PDA

View Full Version : National Service Aircrew


mstjbrown
8th Nov 2007, 10:39
How many of us were there ?

I went to Hornchurch for pre-selection and was quickly wafted from Padgate to Compton Bassett for Air Signaller ground school. Then off to Swanton Morley for flying training in Ansons and then Percival Proctors. Off to St Mawgan for maritime reconnaissance traing in Lancaster MR3's. Up to Kinloss for conversion to Lockheed Neptunes and finally to 36 Sqn at Topcliffe to see out the remainder of my National Service.

All done in two years with a very high level of competence displayed by the various trainers.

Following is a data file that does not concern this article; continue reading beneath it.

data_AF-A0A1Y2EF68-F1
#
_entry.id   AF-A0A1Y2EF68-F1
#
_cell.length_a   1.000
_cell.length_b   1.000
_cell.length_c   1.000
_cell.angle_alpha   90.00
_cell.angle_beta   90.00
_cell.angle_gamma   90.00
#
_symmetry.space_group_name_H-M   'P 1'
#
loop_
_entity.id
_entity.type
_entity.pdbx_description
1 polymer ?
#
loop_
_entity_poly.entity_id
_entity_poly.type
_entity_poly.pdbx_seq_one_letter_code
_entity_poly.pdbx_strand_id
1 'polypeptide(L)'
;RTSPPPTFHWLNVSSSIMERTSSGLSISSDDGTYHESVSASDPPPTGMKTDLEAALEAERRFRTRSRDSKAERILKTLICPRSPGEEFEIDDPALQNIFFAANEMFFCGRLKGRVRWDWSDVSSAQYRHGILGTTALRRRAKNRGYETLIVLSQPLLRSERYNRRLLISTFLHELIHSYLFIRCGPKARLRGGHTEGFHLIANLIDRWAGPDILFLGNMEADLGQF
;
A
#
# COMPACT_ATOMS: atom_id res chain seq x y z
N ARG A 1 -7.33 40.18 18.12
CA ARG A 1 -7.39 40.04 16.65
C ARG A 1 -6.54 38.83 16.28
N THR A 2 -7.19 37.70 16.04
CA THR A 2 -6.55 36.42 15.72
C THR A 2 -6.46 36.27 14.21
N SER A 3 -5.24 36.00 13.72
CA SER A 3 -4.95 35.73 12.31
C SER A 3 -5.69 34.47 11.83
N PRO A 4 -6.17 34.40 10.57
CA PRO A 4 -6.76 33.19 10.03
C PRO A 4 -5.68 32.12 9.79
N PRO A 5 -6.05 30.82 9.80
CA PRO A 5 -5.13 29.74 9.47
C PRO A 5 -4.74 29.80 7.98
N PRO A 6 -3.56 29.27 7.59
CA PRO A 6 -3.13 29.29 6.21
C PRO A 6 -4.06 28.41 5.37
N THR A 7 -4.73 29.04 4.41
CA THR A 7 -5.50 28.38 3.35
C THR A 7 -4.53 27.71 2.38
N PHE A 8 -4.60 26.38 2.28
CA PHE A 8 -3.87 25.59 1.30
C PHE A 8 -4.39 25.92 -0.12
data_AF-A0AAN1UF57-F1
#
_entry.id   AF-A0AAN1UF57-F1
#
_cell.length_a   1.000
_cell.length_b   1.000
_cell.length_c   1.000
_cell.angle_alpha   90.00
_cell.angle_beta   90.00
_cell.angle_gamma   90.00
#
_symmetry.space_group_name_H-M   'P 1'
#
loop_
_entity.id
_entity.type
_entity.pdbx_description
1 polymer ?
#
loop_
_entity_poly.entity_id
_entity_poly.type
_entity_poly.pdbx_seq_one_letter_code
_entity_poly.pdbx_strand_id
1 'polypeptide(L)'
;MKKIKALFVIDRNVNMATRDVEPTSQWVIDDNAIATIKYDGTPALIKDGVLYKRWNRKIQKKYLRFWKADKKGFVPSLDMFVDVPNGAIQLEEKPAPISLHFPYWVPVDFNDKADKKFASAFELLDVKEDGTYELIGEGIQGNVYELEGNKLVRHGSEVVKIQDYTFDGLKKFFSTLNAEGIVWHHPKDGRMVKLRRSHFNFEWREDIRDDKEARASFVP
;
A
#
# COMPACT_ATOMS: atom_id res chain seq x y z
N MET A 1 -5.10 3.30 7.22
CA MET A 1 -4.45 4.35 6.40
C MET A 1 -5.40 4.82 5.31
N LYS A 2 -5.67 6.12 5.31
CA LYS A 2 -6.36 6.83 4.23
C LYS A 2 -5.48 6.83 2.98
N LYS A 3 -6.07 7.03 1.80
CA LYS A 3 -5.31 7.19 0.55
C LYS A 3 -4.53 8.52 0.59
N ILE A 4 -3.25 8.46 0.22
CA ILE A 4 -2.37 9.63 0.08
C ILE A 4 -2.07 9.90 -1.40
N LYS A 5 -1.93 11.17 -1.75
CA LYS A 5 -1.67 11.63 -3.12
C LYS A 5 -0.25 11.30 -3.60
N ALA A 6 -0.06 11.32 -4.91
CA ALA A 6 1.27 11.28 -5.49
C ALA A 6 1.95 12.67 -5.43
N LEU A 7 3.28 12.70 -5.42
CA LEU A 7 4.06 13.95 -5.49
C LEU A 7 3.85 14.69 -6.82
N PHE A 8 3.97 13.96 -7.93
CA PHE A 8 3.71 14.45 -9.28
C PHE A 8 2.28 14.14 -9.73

There were of course navs and pilots who also qualified during N.S. but I have rarely come across many others who had this very interesting way of passing their two years. The RAF was still a very big organisation then and many of the personnel were ex-WW2.

After leaving I was recalled for reserve training twice - to trundle around in Vickers Varsities which enhanced my student income considerably.

Things seemed very laid back at that time !

Al R
8th Nov 2007, 11:14
Hi,

I find it amazing that all of that was achieved in just 2 years. It can't have been ann effective way of doing things, surely?

How many stayed on?

The Adjutant
8th Nov 2007, 11:56
I believe that part of the deal was that NS pilots had to join their local RAuxAF Sqn for a period after leaving regular service. Not entirely sure of the terms and conditions, but have seen references to this in several books/publications. Anybody out there able to fill in the blanks?

airborne_artist
8th Nov 2007, 12:11